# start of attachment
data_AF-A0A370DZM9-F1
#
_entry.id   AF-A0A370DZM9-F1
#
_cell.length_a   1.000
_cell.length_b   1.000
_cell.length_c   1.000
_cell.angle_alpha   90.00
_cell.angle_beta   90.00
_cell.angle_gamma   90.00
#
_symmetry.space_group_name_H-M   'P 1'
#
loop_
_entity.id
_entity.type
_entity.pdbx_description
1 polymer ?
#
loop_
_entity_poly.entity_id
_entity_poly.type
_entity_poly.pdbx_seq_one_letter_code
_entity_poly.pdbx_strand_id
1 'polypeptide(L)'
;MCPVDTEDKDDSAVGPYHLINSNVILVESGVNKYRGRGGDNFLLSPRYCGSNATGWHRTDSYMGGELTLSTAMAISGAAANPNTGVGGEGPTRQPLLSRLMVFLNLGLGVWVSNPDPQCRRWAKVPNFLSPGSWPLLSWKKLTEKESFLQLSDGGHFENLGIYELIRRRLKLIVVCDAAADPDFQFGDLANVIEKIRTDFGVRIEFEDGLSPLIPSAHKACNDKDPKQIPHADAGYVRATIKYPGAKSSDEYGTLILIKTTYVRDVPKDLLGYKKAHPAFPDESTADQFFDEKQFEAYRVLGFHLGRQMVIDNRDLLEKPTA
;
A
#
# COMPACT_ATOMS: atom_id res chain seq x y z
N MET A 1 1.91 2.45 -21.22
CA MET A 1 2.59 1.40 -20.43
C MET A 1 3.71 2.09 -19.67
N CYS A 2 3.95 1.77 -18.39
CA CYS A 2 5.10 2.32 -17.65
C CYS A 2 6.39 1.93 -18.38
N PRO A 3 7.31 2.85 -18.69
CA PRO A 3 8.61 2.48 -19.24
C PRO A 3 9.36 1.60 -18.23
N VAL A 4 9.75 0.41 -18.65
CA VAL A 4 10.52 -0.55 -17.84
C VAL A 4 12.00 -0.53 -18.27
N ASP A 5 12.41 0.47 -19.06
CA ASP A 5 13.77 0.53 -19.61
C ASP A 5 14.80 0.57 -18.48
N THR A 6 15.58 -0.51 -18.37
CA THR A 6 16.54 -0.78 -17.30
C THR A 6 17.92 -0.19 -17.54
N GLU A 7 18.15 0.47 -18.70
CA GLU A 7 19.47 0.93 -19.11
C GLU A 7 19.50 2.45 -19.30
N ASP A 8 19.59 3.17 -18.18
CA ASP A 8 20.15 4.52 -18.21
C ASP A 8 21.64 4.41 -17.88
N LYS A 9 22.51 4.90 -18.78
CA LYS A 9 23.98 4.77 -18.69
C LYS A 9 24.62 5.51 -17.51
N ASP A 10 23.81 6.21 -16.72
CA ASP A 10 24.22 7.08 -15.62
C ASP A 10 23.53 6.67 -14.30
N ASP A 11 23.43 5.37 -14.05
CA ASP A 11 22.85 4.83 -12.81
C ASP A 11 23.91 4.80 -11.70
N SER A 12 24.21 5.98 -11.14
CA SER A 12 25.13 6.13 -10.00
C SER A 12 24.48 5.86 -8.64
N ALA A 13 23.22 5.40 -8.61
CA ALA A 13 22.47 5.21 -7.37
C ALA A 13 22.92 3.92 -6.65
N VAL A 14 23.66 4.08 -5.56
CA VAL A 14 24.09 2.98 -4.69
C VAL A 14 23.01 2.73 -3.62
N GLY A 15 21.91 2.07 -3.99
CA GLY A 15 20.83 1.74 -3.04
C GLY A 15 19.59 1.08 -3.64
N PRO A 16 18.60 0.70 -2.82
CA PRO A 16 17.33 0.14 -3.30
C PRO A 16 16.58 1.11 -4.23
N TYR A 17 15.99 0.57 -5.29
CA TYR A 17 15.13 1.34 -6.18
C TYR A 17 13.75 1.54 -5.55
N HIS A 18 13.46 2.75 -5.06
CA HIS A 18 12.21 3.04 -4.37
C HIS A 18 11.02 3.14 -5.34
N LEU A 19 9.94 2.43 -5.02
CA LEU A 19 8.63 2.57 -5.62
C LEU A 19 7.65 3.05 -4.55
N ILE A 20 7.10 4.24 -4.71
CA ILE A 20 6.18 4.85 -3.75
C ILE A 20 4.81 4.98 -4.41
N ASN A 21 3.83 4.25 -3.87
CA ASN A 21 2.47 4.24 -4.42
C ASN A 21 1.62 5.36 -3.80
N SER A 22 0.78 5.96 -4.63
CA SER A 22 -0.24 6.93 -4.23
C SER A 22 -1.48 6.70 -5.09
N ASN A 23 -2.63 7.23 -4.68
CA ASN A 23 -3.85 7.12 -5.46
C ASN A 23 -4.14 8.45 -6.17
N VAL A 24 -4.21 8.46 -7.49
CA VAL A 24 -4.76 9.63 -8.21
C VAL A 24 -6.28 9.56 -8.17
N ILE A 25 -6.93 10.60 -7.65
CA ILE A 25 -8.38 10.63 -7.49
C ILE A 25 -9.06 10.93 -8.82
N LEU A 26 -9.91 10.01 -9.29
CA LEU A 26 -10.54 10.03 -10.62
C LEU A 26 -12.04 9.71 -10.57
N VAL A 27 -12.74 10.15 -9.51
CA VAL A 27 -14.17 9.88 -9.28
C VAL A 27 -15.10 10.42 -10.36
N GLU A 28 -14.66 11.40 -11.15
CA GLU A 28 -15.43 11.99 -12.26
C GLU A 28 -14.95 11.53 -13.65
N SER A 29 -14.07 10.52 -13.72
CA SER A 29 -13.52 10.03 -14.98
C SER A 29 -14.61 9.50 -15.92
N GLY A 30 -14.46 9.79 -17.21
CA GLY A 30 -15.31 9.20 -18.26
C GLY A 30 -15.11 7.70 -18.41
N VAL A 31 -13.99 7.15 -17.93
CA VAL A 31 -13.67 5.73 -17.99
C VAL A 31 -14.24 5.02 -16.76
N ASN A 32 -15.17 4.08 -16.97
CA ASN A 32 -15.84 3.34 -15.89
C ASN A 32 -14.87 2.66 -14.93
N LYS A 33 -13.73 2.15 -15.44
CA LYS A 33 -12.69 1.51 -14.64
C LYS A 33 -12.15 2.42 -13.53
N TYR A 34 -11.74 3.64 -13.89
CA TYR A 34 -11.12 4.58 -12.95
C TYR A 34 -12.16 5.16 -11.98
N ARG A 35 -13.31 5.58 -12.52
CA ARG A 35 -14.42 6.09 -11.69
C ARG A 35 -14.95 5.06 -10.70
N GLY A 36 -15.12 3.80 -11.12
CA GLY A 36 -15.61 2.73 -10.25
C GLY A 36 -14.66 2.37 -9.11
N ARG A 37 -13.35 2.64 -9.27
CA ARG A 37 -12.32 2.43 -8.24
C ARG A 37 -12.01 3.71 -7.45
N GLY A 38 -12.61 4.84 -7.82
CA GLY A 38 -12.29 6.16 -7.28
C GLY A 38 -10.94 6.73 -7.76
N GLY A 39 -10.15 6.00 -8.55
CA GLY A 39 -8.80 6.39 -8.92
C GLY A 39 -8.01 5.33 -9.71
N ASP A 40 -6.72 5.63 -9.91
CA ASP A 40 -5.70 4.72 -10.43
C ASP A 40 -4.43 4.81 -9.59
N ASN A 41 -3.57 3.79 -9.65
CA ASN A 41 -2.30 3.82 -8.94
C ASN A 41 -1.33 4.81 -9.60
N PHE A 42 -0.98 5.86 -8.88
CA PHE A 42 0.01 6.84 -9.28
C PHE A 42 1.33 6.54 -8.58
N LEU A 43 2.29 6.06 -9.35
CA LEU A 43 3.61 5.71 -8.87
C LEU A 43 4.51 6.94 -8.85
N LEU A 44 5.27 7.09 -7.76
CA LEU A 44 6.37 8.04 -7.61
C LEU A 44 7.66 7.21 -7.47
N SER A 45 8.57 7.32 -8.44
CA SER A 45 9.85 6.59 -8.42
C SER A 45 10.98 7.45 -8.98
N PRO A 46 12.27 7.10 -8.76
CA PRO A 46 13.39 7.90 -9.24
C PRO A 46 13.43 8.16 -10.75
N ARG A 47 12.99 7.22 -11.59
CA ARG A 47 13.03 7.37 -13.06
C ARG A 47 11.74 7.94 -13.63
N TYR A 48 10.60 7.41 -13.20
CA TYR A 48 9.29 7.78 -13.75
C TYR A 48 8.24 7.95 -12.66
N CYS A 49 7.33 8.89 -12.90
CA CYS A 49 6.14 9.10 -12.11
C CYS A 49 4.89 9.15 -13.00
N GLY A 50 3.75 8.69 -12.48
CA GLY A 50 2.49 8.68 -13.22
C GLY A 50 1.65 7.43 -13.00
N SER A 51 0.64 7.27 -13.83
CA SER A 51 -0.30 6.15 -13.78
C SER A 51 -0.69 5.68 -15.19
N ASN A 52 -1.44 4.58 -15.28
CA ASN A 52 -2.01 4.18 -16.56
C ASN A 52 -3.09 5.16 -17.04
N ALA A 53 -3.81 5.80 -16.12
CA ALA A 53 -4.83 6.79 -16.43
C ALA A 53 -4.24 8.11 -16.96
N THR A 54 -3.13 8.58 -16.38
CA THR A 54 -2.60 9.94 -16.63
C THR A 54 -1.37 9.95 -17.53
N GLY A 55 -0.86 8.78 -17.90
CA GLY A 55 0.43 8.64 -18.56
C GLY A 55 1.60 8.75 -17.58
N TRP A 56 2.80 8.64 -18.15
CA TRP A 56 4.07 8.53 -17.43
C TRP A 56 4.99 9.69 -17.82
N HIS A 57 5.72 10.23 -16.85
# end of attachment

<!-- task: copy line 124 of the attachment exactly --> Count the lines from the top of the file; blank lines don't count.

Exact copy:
N ASN A 32 -15.17 4.08 -16.97